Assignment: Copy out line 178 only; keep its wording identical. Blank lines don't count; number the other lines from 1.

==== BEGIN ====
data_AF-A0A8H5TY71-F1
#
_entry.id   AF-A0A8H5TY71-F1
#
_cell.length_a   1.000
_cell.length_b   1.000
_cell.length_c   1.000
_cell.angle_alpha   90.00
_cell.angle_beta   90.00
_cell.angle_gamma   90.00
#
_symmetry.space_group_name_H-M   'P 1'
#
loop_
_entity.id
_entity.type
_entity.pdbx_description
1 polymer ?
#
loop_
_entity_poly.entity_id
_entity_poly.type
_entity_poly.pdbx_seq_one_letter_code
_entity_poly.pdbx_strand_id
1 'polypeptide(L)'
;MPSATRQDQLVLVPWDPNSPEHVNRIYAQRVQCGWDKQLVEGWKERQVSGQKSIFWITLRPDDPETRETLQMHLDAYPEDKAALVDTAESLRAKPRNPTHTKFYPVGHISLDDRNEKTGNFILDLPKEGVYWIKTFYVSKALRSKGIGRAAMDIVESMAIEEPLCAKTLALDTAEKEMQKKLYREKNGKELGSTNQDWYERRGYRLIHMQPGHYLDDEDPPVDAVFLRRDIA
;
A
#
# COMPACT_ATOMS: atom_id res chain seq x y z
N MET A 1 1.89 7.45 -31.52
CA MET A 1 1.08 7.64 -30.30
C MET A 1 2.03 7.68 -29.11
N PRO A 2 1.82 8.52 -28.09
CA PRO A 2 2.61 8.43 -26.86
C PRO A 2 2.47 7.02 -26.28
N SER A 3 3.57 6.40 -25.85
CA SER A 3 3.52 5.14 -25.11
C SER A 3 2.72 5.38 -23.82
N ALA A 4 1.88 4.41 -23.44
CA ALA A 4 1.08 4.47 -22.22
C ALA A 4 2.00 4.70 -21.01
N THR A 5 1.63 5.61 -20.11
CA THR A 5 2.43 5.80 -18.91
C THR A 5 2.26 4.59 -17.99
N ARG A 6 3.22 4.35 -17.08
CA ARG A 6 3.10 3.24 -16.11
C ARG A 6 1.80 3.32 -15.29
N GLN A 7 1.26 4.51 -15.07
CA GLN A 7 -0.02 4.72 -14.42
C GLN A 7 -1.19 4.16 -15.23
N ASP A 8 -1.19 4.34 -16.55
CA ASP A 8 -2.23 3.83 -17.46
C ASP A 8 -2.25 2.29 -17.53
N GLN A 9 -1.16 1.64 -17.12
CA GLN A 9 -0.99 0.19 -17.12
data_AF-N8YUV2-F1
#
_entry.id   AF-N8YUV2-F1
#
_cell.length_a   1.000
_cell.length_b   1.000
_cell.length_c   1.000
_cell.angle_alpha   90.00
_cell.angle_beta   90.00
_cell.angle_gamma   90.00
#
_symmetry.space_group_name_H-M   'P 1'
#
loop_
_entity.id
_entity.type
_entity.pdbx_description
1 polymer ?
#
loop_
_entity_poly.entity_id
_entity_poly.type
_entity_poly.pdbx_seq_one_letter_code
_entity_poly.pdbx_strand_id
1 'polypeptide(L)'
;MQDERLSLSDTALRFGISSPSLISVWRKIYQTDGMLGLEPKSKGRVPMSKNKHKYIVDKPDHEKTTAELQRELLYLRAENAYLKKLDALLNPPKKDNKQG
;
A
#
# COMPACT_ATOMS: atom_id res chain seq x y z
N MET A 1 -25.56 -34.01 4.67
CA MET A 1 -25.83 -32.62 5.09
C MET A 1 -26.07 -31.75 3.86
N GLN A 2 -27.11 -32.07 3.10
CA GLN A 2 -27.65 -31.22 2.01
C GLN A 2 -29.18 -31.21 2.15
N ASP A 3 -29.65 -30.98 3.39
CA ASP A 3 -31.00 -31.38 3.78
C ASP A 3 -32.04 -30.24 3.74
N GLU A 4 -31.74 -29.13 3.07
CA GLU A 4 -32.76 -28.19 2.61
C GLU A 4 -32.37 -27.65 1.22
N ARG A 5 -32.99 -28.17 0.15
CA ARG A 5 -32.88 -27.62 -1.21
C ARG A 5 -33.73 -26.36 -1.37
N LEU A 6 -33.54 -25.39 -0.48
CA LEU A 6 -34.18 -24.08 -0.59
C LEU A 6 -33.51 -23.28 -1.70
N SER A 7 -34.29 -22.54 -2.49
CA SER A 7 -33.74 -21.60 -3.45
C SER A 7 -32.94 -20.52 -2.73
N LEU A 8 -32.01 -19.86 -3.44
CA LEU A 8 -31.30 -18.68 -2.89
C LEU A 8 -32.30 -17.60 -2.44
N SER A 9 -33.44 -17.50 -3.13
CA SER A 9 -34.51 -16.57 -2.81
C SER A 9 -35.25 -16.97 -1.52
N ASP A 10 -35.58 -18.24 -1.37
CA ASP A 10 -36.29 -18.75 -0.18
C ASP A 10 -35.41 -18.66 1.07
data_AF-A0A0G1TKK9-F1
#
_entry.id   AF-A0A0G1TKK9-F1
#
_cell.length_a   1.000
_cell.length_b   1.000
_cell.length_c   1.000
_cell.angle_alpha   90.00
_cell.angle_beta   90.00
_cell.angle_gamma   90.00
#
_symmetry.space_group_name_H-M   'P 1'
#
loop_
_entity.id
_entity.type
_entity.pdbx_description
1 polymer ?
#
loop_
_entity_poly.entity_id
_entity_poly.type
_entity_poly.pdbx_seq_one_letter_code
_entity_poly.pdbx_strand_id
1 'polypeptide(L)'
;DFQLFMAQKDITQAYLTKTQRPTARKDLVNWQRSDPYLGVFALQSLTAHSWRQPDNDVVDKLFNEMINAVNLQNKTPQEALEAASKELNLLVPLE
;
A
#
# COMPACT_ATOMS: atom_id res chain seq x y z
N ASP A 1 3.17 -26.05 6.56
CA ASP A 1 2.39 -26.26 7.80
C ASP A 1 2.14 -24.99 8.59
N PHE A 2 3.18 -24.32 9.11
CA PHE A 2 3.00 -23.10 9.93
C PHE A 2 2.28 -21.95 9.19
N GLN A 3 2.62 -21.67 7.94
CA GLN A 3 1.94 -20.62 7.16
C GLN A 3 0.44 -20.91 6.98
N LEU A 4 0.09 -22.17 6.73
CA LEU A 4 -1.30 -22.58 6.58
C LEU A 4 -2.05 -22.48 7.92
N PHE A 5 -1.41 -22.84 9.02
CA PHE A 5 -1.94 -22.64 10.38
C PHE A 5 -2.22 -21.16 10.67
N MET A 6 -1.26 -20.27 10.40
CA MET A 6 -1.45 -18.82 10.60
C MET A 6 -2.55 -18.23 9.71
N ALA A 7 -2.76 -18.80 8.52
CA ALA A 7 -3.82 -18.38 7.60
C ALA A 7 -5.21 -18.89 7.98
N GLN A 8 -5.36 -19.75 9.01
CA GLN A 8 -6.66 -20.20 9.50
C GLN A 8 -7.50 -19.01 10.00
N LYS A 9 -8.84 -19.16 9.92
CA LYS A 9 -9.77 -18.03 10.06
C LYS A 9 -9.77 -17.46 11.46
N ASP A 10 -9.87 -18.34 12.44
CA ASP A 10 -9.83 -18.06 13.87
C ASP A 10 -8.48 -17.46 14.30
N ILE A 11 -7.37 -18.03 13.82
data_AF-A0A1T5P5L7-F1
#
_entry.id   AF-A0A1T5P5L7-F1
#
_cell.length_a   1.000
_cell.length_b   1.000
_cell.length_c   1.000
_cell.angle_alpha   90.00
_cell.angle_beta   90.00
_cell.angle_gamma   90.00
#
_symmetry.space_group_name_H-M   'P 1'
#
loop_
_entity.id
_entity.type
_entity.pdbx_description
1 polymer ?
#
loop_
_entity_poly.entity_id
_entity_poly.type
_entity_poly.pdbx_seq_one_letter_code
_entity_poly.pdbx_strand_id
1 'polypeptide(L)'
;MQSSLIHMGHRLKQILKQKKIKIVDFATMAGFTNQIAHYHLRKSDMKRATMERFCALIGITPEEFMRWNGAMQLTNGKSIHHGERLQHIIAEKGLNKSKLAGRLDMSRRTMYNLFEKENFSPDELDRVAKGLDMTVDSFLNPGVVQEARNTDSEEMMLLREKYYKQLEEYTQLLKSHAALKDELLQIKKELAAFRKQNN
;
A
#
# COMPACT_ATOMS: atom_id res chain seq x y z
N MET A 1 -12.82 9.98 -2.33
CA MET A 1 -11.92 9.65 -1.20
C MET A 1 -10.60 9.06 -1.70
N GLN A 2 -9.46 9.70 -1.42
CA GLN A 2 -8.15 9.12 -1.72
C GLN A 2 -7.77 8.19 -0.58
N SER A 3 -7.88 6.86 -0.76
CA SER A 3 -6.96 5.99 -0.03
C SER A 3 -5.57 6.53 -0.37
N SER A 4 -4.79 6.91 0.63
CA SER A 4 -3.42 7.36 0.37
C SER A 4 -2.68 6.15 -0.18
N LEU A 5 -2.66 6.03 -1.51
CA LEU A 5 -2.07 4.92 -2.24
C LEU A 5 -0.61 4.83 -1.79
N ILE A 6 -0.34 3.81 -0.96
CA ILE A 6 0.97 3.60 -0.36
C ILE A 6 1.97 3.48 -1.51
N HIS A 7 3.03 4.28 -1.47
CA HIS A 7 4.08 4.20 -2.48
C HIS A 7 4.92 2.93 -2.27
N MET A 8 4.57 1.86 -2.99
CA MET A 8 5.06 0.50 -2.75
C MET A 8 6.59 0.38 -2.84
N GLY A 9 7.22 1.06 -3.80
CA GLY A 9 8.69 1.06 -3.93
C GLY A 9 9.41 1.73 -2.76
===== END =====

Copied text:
data_AF-A0A1T5P5L7-F1